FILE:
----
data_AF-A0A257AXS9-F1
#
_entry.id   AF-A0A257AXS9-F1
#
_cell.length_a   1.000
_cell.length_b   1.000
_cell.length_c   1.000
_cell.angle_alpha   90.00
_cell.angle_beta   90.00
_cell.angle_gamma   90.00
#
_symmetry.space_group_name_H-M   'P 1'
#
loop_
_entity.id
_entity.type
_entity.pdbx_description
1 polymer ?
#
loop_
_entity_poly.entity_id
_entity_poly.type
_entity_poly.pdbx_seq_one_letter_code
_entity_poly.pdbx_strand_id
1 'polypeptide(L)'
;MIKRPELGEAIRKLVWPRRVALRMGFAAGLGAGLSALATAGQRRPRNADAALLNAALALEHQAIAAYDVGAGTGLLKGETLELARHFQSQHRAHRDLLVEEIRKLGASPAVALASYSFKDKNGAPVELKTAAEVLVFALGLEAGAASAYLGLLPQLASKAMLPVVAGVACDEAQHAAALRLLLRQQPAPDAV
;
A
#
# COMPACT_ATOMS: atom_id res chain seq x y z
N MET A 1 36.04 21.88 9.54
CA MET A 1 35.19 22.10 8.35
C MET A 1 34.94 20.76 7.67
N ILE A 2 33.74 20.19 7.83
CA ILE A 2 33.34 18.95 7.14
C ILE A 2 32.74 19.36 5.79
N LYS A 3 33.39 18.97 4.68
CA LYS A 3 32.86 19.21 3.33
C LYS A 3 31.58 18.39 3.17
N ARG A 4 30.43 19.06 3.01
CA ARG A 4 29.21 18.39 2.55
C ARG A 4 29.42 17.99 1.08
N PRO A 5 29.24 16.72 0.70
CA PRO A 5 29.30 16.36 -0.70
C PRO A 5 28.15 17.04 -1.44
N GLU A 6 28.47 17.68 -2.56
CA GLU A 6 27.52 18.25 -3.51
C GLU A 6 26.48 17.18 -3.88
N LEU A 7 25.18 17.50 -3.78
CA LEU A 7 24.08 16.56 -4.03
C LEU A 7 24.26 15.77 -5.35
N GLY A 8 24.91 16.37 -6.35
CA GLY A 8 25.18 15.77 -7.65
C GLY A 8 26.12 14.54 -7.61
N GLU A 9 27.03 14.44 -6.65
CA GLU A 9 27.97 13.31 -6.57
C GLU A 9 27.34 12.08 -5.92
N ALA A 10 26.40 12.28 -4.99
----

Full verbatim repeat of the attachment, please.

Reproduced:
data_AF-A0A257AXS9-F1
#
_entry.id   AF-A0A257AXS9-F1
#
_cell.length_a   1.000
_cell.length_b   1.000
_cell.length_c   1.000
_cell.angle_alpha   90.00
_cell.angle_beta   90.00
_cell.angle_gamma   90.00
#
_symmetry.space_group_name_H-M   'P 1'
#
loop_
_entity.id
_entity.type
_entity.pdbx_description
1 polymer ?
#
loop_
_entity_poly.entity_id
_entity_poly.type
_entity_poly.pdbx_seq_one_letter_code
_entity_poly.pdbx_strand_id
1 'polypeptide(L)'
;MIKRPELGEAIRKLVWPRRVALRMGFAAGLGAGLSALATAGQRRPRNADAALLNAALALEHQAIAAYDVGAGTGLLKGETLELARHFQSQHRAHRDLLVEEIRKLGASPAVALASYSFKDKNGAPVELKTAAEVLVFALGLEAGAASAYLGLLPQLASKAMLPVVAGVACDEAQHAAALRLLLRQQPAPDAV
;
A
#
# COMPACT_ATOMS: atom_id res chain seq x y z
N MET A 1 36.04 21.88 9.54
CA MET A 1 35.19 22.10 8.35
C MET A 1 34.94 20.76 7.67
N ILE A 2 33.74 20.19 7.83
CA ILE A 2 33.34 18.95 7.14
C ILE A 2 32.74 19.36 5.79
N LYS A 3 33.39 18.97 4.68
CA LYS A 3 32.86 19.21 3.33
C LYS A 3 31.58 18.39 3.17
N ARG A 4 30.43 19.06 3.01
CA ARG A 4 29.21 18.39 2.55
C ARG A 4 29.42 17.99 1.08
N PRO A 5 29.24 16.72 0.70
CA PRO A 5 29.30 16.36 -0.70
C PRO A 5 28.15 17.04 -1.44
N GLU A 6 28.47 17.68 -2.56
CA GLU A 6 27.52 18.25 -3.51
C GLU A 6 26.48 17.18 -3.88
N LEU A 7 25.18 17.50 -3.78
CA LEU A 7 24.08 16.56 -4.03
C LEU A 7 24.26 15.77 -5.35
N GLY A 8 24.91 16.37 -6.35
CA GLY A 8 25.18 15.77 -7.65
C GLY A 8 26.12 14.54 -7.61
N GLU A 9 27.03 14.44 -6.65
CA GLU A 9 27.97 13.31 -6.57
C GLU A 9 27.34 12.08 -5.92
N ALA A 10 26.40 12.28 -4.99